Retirement home director retiring

WARREN – Don Kacmar didn’t grow up with dreams of becoming a senior living administrator, but that’s the way it worked out, he said. And becoming the executive director of Shepherd of the Valley Lutheran Retirement Services was equally serendipitous.

“On a whim, I sent them a resume,” he reflected recently. “And here I am.”

For 30 years, Kacmar has overseen the growth of the organization from a single facility in Niles to five locations in Mahoning and Trumbull counties and about 500 employees, and now he is working his way to his own retirement. Kacmar will help oversee the transition of Rich Limongi, executive director designee, into his role as executive director before officially retiring at the end of 2014.

Last week, Limongi said that Kacmar’s guidance will help the staff to continue even in his absence. Limongi completed his administrator in training program under Kacmar in 1988. He has worked closely with Kacmar in a full-time role since 1991.

“He’s more than a boss. He’s a mentor,” Limongi said. “He challenges people to go above and beyond.”

Kacmar could lean on his seniority to get things done, Limongi said, but instead he takes the time to consider all angles and input from the people around him.

“A good leader is also a good listener,” he said.

He said it was Kacmar’s vision and ability to foresee the needs of the future that made Shepherd of the Valley successful for three decades. But mostly, Limongi said Kacmar and the rest of the staff understand one major principle of caring for retired individuals.

“We have to respect their home. This is their place,” he said.

Kacmar, a native of Uniontown, Pa., received his Bachelor’s degree from Temple University, where he attended on an NCAA football scholarship.

During his tenure as Executive Director, Shepherd of the Valley Lutheran Retirement Services, Inc. has grown not only in size and number of locations, but also has seen it add a home health agency, At Home With Shepherd, serving more than 750 elderly residents and clients and employing nearly 500 people. He also spearheaded, along with Lutheran Social Services of Northern Ohio and St. Luke Lutheran Community, the Manor at Howland Glen building project which created a 50-unit income-adjusted apartment community In Howland, Ohio, for persons age 62 or older.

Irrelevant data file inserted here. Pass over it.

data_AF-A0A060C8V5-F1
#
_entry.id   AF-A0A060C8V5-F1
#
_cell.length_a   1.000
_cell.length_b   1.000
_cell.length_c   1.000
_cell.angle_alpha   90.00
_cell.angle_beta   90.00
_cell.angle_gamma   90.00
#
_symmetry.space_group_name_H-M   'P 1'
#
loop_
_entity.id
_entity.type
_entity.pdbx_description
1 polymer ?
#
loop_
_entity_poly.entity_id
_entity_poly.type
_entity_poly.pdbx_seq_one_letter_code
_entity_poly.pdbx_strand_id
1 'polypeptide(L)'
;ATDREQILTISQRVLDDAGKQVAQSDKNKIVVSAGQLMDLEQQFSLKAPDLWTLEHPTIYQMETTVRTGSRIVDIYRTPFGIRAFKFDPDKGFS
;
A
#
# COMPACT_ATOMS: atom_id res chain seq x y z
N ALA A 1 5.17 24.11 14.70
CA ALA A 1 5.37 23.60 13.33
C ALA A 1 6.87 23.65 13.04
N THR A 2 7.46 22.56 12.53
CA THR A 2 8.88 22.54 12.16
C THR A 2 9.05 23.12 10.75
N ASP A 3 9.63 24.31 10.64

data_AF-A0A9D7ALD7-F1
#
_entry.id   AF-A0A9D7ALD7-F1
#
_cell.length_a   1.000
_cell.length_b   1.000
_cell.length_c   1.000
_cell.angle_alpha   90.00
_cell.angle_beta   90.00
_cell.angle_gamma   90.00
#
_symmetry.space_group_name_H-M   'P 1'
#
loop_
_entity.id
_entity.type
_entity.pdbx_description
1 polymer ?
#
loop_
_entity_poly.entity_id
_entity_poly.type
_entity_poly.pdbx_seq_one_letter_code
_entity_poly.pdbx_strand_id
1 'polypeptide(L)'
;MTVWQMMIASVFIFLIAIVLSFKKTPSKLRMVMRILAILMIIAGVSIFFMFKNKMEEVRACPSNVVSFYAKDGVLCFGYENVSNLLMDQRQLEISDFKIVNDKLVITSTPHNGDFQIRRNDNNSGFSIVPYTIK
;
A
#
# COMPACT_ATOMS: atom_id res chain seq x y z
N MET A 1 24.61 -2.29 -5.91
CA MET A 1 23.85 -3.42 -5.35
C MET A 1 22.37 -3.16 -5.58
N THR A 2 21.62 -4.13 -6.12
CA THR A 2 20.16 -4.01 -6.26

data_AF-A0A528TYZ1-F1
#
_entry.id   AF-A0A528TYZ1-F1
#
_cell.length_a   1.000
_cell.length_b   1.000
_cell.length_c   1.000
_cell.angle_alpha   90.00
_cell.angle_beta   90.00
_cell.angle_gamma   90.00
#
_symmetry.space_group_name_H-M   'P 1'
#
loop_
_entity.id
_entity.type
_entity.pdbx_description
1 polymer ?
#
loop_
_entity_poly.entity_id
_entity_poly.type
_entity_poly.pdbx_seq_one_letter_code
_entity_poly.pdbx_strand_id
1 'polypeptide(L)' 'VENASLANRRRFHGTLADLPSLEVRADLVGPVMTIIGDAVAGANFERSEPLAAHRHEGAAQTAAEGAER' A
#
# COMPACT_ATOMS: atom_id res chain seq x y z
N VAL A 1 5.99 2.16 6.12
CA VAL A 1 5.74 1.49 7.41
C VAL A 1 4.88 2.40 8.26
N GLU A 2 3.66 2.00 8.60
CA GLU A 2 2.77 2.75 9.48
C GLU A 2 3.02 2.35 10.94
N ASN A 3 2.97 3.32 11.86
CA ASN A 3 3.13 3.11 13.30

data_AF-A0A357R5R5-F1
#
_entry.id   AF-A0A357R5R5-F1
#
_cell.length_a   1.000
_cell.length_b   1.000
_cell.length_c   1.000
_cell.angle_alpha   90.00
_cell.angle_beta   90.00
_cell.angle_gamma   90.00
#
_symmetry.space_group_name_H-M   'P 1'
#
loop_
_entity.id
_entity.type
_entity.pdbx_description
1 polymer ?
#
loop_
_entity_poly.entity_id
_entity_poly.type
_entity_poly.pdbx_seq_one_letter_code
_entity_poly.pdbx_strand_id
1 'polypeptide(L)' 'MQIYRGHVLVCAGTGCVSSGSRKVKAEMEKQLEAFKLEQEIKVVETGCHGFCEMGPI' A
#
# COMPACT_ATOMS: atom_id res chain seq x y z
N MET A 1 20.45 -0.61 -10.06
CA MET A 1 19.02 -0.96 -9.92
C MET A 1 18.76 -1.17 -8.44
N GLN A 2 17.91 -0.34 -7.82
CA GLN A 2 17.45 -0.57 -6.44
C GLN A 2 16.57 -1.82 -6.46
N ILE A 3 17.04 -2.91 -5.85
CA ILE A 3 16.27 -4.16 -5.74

During his tenure, Kacmar also served as the Chief Executive Officer of Shepherd’s Foundation, a separate not-for-profit corporation charged with raising benevolent funds to support Shepherd of the Valley’s residents and programs.

During his decades at Shepherd of the Valley, Kacmar said he has seen the industry evolve along with the needs of the elderly.

“It was more like a rest home. People would come and a lot of people would live a lot of their lives, way back when, in retirement,” he said.

Technology has allowed facilities like Shepherd of the Valley to approach senior care with new methods, allowing people to better enjoy their golden years.

Placing a catheter used to be “big deal,” he said, for example, but now it’s a “non-issue.”

“We rehab people and send them home. We’ve sent hundreds of people home this year already,” he said. “That’s where everybody wants to be.”

He said technological advances will continue to keep the elderly at home for longer periods, creating some challenges for his industry.

“You don’t need as many nursing beds today as you did way back when, because they’re turning over quicker,” he said. “It’s a good challenge to have.”

Rick Mattix, associate director, has worked with Kacmar for 23 years. During that time he has been especially impressed with Kacmar’s ability to work through complicated regulatory issues and provide quality services.

“At one point in time we were the most regulated industry except nuclear energy,” he said. “And still (Kacmar) was able to anticipate the community’s needs way back when.”

Kacmar has inspired his colleagues to carry on his legacy.

“He’s laid the foundation for us to enjoy another 40 years,” he said.

Kacmar brushed aside the praise of his colleagues, instead preferring to view his career as a decades-long collaboration.

“I was fortunate enough to be at the right place at the right time with the right people. We’ve made things work for 30 years,” Kacmar said.